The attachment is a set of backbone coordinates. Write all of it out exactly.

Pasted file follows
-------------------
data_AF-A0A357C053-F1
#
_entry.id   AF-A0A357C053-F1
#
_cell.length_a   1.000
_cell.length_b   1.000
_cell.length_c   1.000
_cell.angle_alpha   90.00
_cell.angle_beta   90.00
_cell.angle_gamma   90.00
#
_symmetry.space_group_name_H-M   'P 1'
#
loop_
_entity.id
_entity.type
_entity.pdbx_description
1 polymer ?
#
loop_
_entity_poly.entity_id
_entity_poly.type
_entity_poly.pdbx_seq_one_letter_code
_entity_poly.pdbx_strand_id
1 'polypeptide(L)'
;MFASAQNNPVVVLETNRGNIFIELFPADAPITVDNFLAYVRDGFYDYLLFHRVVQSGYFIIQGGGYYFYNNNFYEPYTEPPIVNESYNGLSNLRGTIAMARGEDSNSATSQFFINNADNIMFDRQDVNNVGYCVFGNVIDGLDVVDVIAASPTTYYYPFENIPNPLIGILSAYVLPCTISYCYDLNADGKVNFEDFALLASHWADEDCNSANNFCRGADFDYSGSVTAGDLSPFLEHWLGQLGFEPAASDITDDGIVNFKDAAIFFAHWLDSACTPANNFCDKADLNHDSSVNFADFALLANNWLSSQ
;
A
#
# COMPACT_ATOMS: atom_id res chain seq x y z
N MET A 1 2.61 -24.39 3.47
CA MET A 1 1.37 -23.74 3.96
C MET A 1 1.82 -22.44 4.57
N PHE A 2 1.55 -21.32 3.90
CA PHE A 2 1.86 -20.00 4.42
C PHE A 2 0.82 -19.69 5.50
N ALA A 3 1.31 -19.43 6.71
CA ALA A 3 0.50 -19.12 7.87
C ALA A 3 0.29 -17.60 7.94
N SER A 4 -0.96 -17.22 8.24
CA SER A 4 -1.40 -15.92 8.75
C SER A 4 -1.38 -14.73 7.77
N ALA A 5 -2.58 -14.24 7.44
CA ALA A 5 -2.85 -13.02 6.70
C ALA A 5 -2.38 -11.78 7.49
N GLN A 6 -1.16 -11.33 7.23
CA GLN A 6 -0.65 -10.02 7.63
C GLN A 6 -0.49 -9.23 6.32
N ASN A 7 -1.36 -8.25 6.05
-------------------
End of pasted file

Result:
data_AF-A0A357C053-F1
#
_entry.id   AF-A0A357C053-F1
#
_cell.length_a   1.000
_cell.length_b   1.000
_cell.length_c   1.000
_cell.angle_alpha   90.00
_cell.angle_beta   90.00
_cell.angle_gamma   90.00
#
_symmetry.space_group_name_H-M   'P 1'
#
loop_
_entity.id
_entity.type
_entity.pdbx_description
1 polymer ?
#
loop_
_entity_poly.entity_id
_entity_poly.type
_entity_poly.pdbx_seq_one_letter_code
_entity_poly.pdbx_strand_id
1 'polypeptide(L)'
;MFASAQNNPVVVLETNRGNIFIELFPADAPITVDNFLAYVRDGFYDYLLFHRVVQSGYFIIQGGGYYFYNNNFYEPYTEPPIVNESYNGLSNLRGTIAMARGEDSNSATSQFFINNADNIMFDRQDVNNVGYCVFGNVIDGLDVVDVIAASPTTYYYPFENIPNPLIGILSAYVLPCTISYCYDLNADGKVNFEDFALLASHWADEDCNSANNFCRGADFDYSGSVTAGDLSPFLEHWLGQLGFEPAASDITDDGIVNFKDAAIFFAHWLDSACTPANNFCDKADLNHDSSVNFADFALLANNWLSSQ
;
A
#
# COMPACT_ATOMS: atom_id res chain seq x y z
N MET A 1 2.61 -24.39 3.47
CA MET A 1 1.37 -23.74 3.96
C MET A 1 1.82 -22.44 4.57
N PHE A 2 1.55 -21.32 3.90
CA PHE A 2 1.86 -20.00 4.42
C PHE A 2 0.82 -19.69 5.50
N ALA A 3 1.31 -19.43 6.71
CA ALA A 3 0.50 -19.12 7.87
C ALA A 3 0.29 -17.60 7.94
N SER A 4 -0.96 -17.22 8.24
CA SER A 4 -1.40 -15.92 8.75
C SER A 4 -1.38 -14.73 7.77
N ALA A 5 -2.58 -14.24 7.44
CA ALA A 5 -2.85 -13.02 6.70
C ALA A 5 -2.38 -11.78 7.49
N GLN A 6 -1.16 -11.33 7.23
CA GLN A 6 -0.65 -10.02 7.63
C GLN A 6 -0.49 -9.23 6.32
N ASN A 7 -1.36 -8.25 6.05